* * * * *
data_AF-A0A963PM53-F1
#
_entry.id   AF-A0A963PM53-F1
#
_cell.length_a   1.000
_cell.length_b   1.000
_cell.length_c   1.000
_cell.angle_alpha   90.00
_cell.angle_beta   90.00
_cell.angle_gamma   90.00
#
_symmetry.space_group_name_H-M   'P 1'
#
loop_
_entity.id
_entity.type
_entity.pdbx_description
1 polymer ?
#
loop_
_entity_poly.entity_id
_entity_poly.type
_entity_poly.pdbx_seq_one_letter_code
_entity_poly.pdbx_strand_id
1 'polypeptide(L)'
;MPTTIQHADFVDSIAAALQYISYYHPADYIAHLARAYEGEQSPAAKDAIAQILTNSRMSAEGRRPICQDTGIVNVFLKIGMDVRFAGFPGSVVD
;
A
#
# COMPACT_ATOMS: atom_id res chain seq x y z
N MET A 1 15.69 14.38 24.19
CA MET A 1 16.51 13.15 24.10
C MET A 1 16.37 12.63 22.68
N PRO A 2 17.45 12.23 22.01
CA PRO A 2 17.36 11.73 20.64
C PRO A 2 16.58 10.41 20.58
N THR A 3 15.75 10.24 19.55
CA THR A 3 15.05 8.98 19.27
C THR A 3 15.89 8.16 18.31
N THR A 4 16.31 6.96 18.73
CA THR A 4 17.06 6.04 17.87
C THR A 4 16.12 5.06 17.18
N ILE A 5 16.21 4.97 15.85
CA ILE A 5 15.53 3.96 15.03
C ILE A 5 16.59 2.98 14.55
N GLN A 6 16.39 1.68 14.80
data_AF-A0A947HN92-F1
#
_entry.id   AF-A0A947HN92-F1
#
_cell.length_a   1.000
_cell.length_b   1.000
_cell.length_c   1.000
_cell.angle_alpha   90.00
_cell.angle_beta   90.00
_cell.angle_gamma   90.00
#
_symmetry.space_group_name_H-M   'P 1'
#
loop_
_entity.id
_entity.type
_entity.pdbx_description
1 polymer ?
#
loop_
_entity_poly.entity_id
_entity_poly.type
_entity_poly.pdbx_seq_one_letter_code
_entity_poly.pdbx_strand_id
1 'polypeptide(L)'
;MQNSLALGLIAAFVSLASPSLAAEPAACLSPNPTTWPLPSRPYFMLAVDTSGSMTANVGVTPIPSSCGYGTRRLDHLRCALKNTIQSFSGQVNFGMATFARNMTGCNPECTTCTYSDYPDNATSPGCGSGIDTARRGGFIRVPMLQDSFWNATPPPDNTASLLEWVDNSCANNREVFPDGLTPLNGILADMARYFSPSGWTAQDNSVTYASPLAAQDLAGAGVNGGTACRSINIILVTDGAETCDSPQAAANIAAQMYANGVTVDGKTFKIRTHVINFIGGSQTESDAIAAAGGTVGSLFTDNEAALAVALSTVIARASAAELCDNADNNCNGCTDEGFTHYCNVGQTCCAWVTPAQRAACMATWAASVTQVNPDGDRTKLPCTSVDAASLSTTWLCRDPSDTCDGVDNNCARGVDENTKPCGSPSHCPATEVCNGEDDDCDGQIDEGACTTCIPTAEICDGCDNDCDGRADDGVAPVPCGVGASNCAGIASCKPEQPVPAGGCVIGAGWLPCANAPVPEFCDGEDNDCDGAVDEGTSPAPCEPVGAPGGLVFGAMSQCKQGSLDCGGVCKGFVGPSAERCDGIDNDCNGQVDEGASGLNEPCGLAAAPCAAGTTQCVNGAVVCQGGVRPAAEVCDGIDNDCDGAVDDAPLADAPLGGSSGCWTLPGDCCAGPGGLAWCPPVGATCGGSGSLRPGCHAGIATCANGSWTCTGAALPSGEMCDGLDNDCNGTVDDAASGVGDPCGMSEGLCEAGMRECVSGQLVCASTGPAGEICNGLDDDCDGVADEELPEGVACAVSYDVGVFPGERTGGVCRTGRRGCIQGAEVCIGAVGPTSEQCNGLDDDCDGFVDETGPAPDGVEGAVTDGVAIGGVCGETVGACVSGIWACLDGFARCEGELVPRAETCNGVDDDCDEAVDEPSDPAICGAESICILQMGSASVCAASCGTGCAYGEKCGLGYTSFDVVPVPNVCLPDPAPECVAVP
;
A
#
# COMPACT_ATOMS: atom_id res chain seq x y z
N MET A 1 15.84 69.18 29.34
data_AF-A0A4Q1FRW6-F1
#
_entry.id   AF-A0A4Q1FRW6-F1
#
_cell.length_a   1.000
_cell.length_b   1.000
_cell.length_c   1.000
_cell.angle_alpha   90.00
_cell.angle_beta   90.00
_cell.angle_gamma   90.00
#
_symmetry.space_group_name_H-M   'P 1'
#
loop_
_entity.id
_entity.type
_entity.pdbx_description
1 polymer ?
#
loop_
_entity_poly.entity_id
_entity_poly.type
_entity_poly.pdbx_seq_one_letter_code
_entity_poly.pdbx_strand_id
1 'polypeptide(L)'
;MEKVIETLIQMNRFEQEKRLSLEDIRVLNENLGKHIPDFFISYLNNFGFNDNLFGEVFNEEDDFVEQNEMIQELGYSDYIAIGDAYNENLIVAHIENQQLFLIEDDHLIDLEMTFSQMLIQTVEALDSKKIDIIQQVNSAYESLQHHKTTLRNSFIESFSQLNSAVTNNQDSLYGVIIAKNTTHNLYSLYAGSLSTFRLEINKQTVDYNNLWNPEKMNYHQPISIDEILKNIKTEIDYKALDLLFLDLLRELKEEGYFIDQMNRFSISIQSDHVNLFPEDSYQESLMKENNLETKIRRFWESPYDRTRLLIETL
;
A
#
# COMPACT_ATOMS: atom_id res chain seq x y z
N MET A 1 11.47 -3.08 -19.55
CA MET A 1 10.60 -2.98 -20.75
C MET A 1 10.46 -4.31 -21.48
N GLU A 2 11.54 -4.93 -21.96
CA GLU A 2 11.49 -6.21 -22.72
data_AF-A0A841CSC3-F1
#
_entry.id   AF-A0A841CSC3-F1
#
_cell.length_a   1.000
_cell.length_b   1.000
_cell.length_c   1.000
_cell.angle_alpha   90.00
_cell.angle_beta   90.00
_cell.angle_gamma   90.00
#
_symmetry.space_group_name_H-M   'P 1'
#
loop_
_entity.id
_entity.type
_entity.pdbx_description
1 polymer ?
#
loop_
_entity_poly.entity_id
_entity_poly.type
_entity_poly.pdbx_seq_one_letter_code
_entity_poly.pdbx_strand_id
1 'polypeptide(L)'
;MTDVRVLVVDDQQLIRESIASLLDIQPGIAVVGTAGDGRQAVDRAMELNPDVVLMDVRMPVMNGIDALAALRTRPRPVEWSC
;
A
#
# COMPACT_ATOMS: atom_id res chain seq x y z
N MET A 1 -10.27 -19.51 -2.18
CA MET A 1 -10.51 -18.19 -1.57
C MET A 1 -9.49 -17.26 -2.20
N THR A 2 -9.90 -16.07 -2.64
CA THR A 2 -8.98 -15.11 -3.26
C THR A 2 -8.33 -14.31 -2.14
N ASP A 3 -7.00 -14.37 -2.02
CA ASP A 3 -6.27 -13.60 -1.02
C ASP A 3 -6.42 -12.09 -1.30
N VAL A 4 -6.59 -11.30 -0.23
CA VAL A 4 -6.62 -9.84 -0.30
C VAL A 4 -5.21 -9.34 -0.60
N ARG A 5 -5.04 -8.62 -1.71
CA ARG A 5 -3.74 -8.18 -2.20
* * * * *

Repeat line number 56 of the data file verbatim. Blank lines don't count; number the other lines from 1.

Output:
_cell.angle_gamma   90.00